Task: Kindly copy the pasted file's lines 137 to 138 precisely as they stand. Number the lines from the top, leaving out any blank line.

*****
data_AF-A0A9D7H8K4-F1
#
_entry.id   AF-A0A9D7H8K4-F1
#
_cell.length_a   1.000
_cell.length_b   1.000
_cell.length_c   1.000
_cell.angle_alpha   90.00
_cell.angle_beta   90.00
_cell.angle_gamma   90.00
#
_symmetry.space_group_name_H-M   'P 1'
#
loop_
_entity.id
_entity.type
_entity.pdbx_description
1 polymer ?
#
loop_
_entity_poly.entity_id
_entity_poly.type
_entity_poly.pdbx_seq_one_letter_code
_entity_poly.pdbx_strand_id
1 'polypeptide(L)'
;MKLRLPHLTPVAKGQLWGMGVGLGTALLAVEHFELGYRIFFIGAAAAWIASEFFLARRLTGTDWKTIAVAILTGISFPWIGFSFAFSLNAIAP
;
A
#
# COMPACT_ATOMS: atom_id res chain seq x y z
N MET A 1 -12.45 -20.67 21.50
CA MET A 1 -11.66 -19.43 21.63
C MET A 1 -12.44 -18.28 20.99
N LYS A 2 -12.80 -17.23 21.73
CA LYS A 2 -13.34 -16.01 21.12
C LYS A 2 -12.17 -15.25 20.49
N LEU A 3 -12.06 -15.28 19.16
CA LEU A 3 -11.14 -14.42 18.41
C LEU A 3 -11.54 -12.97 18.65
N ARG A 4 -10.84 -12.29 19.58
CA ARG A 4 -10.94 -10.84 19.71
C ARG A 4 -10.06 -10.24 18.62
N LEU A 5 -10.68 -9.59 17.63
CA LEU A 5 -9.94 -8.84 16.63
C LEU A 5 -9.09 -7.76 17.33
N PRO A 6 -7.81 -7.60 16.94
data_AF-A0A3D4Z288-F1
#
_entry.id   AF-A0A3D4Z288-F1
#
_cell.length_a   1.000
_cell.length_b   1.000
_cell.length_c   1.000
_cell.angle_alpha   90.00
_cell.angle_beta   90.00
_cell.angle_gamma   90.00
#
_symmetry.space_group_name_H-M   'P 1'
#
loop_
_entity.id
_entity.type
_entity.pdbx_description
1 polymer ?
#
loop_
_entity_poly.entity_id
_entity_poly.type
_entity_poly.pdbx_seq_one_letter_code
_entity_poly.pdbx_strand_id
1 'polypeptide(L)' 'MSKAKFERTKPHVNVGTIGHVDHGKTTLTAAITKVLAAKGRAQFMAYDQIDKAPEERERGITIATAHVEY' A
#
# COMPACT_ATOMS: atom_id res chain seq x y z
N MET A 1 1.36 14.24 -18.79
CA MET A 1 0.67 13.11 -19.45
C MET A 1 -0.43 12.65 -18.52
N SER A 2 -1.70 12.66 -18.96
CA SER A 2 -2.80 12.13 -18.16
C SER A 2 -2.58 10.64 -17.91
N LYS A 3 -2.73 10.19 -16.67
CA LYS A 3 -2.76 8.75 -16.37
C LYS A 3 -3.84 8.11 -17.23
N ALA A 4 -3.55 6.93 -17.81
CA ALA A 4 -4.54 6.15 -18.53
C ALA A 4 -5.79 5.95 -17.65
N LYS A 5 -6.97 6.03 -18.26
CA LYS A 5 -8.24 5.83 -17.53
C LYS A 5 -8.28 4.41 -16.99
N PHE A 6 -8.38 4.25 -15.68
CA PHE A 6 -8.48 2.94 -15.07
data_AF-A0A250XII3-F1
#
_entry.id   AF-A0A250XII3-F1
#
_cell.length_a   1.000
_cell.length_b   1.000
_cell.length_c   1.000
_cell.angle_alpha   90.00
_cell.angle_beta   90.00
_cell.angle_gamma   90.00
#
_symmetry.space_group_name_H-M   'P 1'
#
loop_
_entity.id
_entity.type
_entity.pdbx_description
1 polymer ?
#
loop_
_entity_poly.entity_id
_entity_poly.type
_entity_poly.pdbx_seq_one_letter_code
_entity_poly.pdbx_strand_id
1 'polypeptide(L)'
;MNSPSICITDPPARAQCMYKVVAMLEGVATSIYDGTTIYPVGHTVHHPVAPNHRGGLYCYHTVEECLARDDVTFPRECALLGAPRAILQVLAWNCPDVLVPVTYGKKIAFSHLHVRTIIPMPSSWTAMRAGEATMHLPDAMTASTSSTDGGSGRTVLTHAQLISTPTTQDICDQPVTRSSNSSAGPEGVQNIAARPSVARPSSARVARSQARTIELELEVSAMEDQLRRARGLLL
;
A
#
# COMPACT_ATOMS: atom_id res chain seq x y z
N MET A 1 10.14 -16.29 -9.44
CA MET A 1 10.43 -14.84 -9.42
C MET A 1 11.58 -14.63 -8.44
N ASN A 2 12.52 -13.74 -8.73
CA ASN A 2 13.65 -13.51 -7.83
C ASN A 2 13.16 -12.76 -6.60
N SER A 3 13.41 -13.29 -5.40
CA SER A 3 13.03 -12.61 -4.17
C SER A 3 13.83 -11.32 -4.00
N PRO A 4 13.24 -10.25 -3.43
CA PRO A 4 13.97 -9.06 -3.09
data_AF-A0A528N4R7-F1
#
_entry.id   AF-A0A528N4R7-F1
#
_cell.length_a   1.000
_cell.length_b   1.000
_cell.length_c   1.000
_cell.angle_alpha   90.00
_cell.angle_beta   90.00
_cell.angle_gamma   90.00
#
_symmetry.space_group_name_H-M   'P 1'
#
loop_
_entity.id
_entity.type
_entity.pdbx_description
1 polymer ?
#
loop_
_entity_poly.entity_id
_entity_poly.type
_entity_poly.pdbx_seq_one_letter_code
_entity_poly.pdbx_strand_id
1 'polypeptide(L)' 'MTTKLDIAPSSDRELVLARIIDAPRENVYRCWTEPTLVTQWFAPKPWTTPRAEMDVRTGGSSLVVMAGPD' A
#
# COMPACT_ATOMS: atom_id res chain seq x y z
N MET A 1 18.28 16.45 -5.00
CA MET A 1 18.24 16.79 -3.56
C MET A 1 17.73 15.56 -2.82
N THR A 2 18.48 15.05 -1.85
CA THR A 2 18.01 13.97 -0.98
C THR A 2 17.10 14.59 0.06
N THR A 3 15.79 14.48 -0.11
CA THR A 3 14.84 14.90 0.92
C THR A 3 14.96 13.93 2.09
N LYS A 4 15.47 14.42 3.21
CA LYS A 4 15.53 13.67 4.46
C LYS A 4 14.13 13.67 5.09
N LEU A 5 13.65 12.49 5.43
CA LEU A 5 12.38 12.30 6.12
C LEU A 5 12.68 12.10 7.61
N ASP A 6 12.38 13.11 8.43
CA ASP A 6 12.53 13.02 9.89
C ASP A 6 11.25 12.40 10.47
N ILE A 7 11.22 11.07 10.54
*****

_cell.length_b   1.000
_cell.length_c   1.000